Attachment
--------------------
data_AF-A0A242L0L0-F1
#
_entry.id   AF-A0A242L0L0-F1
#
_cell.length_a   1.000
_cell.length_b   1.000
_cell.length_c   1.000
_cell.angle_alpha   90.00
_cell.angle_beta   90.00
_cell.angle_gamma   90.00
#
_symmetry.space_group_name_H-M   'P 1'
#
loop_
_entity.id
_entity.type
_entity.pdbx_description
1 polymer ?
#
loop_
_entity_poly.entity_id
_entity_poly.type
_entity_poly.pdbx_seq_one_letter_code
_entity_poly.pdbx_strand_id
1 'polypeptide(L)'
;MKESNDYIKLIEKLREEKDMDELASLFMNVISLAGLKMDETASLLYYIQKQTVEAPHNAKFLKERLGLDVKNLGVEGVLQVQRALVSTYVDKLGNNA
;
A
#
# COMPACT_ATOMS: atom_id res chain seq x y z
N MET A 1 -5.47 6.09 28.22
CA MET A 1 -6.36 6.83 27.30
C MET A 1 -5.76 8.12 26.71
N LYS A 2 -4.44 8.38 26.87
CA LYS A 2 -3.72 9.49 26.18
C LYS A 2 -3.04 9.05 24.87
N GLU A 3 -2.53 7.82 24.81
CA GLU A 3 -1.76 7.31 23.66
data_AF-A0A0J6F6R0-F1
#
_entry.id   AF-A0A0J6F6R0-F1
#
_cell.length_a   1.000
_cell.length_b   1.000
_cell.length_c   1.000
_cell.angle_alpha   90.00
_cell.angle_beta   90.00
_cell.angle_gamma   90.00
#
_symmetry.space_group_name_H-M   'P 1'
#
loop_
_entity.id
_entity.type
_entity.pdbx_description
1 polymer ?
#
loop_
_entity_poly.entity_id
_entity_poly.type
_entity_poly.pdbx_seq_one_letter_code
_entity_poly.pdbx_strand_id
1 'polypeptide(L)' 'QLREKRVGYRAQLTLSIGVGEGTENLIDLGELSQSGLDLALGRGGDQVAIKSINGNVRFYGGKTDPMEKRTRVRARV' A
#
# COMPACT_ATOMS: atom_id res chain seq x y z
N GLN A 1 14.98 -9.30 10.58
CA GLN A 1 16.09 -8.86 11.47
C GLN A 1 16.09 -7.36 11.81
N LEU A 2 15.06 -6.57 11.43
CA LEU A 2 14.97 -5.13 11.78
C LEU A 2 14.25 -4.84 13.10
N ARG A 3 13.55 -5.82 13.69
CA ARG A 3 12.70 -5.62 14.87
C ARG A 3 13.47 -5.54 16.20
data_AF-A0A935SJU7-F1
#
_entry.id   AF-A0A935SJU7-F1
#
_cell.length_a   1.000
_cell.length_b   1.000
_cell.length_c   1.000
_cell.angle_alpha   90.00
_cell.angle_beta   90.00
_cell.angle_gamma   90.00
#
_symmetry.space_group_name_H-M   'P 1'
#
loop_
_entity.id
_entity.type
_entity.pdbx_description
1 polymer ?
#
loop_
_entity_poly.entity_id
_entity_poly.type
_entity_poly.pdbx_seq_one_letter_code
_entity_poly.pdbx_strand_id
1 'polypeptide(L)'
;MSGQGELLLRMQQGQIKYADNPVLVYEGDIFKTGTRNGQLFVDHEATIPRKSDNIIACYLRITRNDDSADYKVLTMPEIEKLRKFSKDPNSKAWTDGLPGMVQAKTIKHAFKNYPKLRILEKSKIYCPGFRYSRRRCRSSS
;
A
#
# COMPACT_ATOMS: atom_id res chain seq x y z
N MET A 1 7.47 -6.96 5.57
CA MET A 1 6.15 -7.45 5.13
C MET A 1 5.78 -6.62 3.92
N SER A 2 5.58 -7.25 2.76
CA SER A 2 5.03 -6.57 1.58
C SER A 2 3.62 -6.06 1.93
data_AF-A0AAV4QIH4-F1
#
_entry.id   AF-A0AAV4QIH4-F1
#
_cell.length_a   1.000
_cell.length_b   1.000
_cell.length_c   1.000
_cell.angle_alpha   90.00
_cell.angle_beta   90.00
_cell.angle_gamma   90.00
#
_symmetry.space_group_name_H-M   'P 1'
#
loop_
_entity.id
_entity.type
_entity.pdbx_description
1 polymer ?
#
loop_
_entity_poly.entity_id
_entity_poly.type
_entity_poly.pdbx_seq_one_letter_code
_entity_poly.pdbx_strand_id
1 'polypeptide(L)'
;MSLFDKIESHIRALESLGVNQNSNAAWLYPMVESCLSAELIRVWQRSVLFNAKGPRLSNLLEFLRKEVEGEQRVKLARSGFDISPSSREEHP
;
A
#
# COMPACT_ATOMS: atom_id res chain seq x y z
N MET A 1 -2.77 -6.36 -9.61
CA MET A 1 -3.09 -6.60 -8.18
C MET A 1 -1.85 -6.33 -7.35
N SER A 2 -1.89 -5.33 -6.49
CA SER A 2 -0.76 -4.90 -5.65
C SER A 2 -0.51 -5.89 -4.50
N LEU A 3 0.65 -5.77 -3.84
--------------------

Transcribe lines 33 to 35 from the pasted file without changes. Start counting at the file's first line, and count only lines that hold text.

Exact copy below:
C MET A 1 -5.76 8.12 26.71
N LYS A 2 -4.44 8.38 26.87
CA LYS A 2 -3.72 9.49 26.18